Disclosure: Birth.Movies.Death. is owned by the Alamo Drafthouse.
After years of waiting, the Alamo Drafthouse has finally come to Los Angeles, with a downtown location boasting 12 screens, a Video Vortex location with 40,000 titles free to rent on DVD and Blu-ray, and, of course, a full bar. (Which, my lawyer will attest, had no influence on the paragraphs that follow.)
The DTLA theater has been in "sneak preview" mode for the last couple weeks, with 35mm screenings of Once Upon a Time… in Hollywood playing daily, in addition to a slate of current and revival programming. (If you missed Fast Color earlier this year, for example, the DTLA theater offered a week's worth of showtimes to catch it.)
On Thursday, August 8, the Alamo threw the doors open for a grand opening party. Ten theaters were converted into event spaces — the Chaos Karaoke theater, a comedy showcase, a face-painting station, a 16mm screening room with old stunt instructional movies — as people roamed halls decorated with quad posters and a case featuring twin mannequins dressed as the Grady Twins from The Shining. A scavenger hunt prodded players to explore all the corners of the new space.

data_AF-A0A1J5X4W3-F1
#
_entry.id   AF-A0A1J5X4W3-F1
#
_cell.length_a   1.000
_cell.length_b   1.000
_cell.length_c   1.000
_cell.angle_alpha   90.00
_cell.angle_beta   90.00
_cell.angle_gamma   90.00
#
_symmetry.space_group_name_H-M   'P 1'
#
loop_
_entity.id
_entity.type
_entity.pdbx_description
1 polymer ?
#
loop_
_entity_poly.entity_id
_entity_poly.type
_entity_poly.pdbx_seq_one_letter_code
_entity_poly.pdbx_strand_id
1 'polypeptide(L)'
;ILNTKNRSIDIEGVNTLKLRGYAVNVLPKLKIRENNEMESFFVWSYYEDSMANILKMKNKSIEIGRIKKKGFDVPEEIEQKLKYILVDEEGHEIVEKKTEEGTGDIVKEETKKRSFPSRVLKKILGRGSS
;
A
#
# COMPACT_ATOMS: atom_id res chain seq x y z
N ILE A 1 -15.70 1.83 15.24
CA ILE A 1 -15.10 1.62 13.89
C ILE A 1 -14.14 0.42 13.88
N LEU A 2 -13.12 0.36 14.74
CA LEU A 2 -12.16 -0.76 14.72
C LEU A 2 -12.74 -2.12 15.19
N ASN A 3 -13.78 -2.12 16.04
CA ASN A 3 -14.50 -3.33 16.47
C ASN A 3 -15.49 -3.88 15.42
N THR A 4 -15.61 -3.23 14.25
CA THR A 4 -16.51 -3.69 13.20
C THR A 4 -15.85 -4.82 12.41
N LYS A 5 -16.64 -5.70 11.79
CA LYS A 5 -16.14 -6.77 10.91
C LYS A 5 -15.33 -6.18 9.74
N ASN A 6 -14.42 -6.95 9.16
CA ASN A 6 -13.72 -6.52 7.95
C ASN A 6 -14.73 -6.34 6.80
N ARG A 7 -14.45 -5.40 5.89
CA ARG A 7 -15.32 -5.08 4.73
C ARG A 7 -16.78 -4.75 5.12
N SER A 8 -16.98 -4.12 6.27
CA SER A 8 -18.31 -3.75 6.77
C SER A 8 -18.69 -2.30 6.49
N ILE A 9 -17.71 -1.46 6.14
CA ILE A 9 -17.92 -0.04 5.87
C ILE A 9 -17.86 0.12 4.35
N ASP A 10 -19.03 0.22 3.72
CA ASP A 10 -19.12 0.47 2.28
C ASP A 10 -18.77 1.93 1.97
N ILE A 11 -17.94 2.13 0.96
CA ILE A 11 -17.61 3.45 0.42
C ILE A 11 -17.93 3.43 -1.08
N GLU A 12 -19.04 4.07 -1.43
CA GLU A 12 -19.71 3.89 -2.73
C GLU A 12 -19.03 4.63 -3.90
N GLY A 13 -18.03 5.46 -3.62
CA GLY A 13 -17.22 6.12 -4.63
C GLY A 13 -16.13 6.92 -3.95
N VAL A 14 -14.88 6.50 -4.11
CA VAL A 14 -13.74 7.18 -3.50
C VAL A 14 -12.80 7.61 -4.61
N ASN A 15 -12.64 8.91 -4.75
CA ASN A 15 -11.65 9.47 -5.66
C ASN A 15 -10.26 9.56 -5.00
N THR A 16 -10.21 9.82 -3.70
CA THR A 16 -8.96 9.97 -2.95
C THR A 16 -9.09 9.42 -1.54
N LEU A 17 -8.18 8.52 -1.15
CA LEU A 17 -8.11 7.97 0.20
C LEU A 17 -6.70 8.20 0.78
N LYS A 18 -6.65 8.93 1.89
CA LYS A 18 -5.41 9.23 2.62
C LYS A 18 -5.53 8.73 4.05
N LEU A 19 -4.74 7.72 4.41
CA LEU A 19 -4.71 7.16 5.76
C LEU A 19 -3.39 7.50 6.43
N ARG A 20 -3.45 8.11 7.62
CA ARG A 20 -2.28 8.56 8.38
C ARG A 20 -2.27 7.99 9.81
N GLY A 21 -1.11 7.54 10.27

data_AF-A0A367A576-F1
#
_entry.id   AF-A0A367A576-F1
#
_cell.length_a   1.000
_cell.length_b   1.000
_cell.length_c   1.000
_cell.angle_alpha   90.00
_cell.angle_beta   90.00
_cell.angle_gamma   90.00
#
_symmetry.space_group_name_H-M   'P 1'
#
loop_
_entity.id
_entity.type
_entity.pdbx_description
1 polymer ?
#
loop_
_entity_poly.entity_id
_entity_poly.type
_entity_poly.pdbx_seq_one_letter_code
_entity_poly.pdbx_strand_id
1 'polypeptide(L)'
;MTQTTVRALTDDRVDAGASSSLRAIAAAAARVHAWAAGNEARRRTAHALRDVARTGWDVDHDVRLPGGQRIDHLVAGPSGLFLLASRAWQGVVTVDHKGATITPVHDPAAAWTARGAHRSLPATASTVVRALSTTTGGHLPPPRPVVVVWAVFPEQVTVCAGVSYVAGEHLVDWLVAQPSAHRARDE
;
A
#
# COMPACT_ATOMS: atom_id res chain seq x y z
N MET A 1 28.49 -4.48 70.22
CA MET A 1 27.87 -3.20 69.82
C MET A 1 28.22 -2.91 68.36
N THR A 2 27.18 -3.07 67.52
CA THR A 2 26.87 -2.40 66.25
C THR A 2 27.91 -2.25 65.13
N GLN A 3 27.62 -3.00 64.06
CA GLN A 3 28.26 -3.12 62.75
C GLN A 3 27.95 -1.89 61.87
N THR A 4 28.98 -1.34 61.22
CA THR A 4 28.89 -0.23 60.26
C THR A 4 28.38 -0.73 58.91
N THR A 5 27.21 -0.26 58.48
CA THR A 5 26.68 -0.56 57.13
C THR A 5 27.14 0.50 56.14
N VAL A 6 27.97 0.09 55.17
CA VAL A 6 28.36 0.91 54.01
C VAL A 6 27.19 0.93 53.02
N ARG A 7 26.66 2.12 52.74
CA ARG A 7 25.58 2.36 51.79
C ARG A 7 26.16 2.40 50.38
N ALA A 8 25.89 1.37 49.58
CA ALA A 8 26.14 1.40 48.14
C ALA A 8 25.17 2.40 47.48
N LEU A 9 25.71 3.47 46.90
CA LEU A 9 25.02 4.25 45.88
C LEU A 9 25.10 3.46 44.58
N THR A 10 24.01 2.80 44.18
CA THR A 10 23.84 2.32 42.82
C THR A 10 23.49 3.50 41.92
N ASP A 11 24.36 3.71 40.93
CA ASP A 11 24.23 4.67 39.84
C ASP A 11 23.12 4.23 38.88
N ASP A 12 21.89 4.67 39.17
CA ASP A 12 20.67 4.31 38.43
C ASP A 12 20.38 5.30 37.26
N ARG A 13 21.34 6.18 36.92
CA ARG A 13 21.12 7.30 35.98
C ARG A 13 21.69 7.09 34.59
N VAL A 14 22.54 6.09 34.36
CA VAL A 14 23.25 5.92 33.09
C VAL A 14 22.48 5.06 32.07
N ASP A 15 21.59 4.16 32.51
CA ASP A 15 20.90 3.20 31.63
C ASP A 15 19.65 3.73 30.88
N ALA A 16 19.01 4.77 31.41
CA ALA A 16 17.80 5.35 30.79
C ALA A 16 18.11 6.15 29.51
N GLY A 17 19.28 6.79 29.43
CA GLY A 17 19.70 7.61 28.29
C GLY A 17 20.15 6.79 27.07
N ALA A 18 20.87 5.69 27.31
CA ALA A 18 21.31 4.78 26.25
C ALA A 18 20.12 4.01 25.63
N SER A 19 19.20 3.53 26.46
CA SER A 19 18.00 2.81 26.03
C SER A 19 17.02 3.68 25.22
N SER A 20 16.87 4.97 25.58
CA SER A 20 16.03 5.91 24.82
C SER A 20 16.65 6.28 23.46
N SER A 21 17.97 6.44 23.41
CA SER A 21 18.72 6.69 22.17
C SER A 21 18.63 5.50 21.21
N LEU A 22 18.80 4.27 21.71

Movie theaters are not made to be party places, but if this whole "creating an ideal environment in which to enjoy a film the way it was meant to be seen" thing doesn't work out, the Drafthouse might have a second life as an event space. Guests like RZA (whose conversation with Tim I accidentally broke up, sorry RZA), Zoe Bell, screenwriter/producer Larry Karaszewski, Martin Starr, and Leonard Maltin all hung out, Fantastic Fest-style. Neil Hamburger scowled through the halls. It felt like a house party, which reflects the fact that the Drafthouse has the potential to be a community hub for L.A. audiences.
This opening couldn't take place at a better time. Los Angeles has just lost one huge theater that featured consistently great repertory programming: The Bing Theater at LACMA, formerly housed a building that is being torn down as the museum is revamped. Another new venue, the big Academy theater, has been delayed until at least 2020. We need more big screens in Los Angeles; ones that serve tiki drinks are particularly welcome.
(All images in this post via Tiffany Roohani)